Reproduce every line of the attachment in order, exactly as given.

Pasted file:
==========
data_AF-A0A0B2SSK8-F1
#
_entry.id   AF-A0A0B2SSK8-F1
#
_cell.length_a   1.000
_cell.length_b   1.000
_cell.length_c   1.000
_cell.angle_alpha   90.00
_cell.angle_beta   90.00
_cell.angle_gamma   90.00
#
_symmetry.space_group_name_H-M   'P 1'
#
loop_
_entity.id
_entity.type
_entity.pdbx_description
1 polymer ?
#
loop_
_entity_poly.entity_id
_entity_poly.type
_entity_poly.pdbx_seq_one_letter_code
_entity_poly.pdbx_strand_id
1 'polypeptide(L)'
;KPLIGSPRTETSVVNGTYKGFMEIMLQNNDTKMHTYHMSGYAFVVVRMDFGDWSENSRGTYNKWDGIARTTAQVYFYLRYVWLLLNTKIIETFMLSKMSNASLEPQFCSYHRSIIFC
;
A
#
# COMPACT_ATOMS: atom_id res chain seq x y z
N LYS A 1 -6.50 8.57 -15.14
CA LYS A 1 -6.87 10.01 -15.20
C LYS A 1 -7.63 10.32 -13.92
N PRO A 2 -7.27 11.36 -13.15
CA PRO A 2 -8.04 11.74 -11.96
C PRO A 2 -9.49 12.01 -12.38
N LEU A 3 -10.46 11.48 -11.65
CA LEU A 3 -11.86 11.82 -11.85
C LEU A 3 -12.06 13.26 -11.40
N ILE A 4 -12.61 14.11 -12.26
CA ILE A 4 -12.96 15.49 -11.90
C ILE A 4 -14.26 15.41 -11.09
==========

data_AF-A0A0B2SSK8-F1
#
_entry.id   AF-A0A0B2SSK8-F1
#
_cell.length_a   1.000
_cell.length_b   1.000
_cell.length_c   1.000
_cell.angle_alpha   90.00
_cell.angle_beta   90.00
_cell.angle_gamma   90.00
#
_symmetry.space_group_name_H-M   'P 1'
#
loop_
_entity.id
_entity.type
_entity.pdbx_description
1 polymer ?
#
loop_
_entity_poly.entity_id
_entity_poly.type
_entity_poly.pdbx_seq_one_letter_code
_entity_poly.pdbx_strand_id
1 'polypeptide(L)'
;KPLIGSPRTETSVVNGTYKGFMEIMLQNNDTKMHTYHMSGYAFVVVRMDFGDWSENSRGTYNKWDGIARTTAQVYFYLRYVWLLLNTKIIETFMLSKMSNASLEPQFCSYHRSIIFC
;
A
#
# COMPACT_ATOMS: atom_id res chain seq x y z
N LYS A 1 -6.50 8.57 -15.14
CA LYS A 1 -6.87 10.01 -15.20
C LYS A 1 -7.63 10.32 -13.92
N PRO A 2 -7.27 11.36 -13.15
CA PRO A 2 -8.04 11.74 -11.96
C PRO A 2 -9.49 12.01 -12.38
N LEU A 3 -10.46 11.48 -11.65
CA LEU A 3 -11.86 11.82 -11.85
C LEU A 3 -12.06 13.26 -11.40
N ILE A 4 -12.61 14.11 -12.26
CA ILE A 4 -12.96 15.49 -11.90
C ILE A 4 -14.26 15.41 -11.09